As we've established before, the first step in regulating cryptocurrency is understanding how it can be defined. Historically, we’ve seen that cryptocurrencies are mostly speculative assets, sometimes intended to be currencies. That is, the creators of the currencies issue the tokens or coins out with the intention of it being used as a medium of exchange. However, this new invention also has a use case as a speculative asset. This distinction is critical because it informs who is responsible for controlling it. 

In many cases, crypto is both a currency and a regulation. If we accept crypto as both a currency and a security, then it would make sense that both the central bank and the securities and exchange regulator would care about how the space develops.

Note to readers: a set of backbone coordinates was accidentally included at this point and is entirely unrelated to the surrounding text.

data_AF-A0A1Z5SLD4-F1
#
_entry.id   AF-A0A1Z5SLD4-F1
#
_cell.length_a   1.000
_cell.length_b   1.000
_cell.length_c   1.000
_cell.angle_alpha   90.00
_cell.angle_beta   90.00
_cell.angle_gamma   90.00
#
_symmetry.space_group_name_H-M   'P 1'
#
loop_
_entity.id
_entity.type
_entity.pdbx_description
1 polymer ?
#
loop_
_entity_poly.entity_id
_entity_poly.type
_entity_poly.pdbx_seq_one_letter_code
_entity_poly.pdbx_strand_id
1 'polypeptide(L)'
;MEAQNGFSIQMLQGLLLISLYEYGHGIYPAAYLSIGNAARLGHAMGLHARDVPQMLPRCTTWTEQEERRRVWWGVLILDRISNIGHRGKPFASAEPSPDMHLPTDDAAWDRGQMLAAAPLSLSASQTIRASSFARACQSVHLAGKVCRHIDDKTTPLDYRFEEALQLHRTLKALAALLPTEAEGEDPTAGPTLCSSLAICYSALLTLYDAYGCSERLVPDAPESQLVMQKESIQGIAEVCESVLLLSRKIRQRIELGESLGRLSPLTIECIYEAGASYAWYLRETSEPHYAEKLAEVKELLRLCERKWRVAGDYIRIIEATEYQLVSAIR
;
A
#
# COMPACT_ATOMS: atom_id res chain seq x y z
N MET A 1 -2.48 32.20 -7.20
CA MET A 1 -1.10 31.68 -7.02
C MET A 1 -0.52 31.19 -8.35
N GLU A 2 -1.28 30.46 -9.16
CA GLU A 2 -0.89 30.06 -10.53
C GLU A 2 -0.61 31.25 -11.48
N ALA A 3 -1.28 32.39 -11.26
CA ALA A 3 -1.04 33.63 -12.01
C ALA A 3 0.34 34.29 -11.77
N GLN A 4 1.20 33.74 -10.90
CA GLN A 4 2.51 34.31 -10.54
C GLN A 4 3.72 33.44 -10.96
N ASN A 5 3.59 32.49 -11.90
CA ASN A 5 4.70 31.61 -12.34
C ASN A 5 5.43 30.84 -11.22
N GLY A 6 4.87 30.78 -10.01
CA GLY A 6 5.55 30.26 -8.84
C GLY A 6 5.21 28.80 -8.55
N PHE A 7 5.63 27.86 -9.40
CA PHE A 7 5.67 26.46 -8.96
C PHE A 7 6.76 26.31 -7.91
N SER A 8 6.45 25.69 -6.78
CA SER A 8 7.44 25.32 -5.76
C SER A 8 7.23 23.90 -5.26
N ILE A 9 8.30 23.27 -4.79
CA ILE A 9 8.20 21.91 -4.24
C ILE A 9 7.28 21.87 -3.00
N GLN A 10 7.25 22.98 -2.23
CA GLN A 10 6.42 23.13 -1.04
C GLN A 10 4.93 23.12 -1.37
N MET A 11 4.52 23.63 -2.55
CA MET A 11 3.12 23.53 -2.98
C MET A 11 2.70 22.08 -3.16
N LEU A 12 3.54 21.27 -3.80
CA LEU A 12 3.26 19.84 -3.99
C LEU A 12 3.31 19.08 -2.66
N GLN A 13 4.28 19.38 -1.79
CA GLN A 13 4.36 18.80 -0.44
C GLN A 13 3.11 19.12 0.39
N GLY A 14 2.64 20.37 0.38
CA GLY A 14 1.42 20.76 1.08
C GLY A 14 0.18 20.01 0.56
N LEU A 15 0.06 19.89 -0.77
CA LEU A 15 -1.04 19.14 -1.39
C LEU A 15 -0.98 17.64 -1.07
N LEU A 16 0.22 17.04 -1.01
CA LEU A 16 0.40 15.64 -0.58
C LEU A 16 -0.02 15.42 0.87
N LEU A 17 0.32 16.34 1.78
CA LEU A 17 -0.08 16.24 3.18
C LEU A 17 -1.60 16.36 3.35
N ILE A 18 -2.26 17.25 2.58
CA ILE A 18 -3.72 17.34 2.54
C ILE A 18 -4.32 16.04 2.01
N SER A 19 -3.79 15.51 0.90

Key takeaways:

  • Given how decentralised cryptocurrency is, one way regulators might want to ensure investor protection is by regulating crypto exchanges. 

  • Many exchanges do more than create a platform for investors to trade in crypto assets, they also act as custodians, brokers and issue new crypto assets; functions which are similar to investments in the traditional finance sector.

  • Therefore, regulators might attempt to promote investor protection by first either using existing regulation for traditional finance stakeholders (with a few changes to accommodate crypto and blockchain technology).


But even after defining what cryptocurrency is, we need to think of what aspect of cryptocurrency should be regulated. Should we regulate the platforms people trade on, or how people use it as a medium of exchange? 

Given the